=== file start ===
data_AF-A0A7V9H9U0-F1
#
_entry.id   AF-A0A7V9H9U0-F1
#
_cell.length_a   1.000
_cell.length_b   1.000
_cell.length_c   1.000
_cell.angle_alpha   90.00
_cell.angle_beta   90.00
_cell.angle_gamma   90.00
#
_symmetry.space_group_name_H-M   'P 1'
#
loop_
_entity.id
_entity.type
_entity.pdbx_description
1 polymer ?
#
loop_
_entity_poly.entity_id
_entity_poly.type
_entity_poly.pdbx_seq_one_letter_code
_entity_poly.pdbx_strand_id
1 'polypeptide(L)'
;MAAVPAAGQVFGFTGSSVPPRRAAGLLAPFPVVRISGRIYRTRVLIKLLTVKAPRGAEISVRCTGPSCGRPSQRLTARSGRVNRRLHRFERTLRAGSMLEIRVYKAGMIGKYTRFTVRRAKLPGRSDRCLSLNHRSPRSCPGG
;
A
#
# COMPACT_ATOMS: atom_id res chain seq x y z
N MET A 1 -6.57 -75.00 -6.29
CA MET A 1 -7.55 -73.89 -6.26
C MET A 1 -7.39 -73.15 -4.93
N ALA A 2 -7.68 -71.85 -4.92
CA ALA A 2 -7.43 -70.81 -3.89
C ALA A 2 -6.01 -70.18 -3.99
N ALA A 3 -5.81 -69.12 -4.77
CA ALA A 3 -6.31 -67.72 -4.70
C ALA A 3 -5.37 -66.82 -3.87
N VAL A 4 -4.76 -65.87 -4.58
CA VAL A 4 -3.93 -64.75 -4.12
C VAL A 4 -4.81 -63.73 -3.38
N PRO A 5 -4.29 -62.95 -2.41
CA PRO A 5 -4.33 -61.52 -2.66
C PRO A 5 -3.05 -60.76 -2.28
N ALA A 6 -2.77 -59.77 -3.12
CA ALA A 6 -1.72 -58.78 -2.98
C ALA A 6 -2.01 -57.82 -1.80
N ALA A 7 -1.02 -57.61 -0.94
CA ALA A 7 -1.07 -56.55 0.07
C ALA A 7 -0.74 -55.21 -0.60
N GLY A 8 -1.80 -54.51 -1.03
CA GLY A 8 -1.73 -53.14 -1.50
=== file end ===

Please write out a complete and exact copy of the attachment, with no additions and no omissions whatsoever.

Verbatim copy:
data_AF-A0A7V9H9U0-F1
#
_entry.id   AF-A0A7V9H9U0-F1
#
_cell.length_a   1.000
_cell.length_b   1.000
_cell.length_c   1.000
_cell.angle_alpha   90.00
_cell.angle_beta   90.00
_cell.angle_gamma   90.00
#
_symmetry.space_group_name_H-M   'P 1'
#
loop_
_entity.id
_entity.type
_entity.pdbx_description
1 polymer ?
#
loop_
_entity_poly.entity_id
_entity_poly.type
_entity_poly.pdbx_seq_one_letter_code
_entity_poly.pdbx_strand_id
1 'polypeptide(L)'
;MAAVPAAGQVFGFTGSSVPPRRAAGLLAPFPVVRISGRIYRTRVLIKLLTVKAPRGAEISVRCTGPSCGRPSQRLTARSGRVNRRLHRFERTLRAGSMLEIRVYKAGMIGKYTRFTVRRAKLPGRSDRCLSLNHRSPRSCPGG
;
A
#
# COMPACT_ATOMS: atom_id res chain seq x y z
N MET A 1 -6.57 -75.00 -6.29
CA MET A 1 -7.55 -73.89 -6.26
C MET A 1 -7.39 -73.15 -4.93
N ALA A 2 -7.68 -71.85 -4.92
CA ALA A 2 -7.43 -70.81 -3.89
C ALA A 2 -6.01 -70.18 -3.99
N ALA A 3 -5.81 -69.12 -4.77
CA ALA A 3 -6.31 -67.72 -4.70
C ALA A 3 -5.37 -66.82 -3.87
N VAL A 4 -4.76 -65.87 -4.58
CA VAL A 4 -3.93 -64.75 -4.12
C VAL A 4 -4.81 -63.73 -3.38
N PRO A 5 -4.29 -62.95 -2.41
CA PRO A 5 -4.33 -61.52 -2.66
C PRO A 5 -3.05 -60.76 -2.28
N ALA A 6 -2.77 -59.77 -3.12
CA ALA A 6 -1.72 -58.78 -2.98
C ALA A 6 -2.01 -57.82 -1.80
N ALA A 7 -1.02 -57.61 -0.94
CA ALA A 7 -1.07 -56.55 0.07
C ALA A 7 -0.74 -55.21 -0.60
N GLY A 8 -1.80 -54.51 -1.03
CA GLY A 8 -1.73 -53.14 -1.50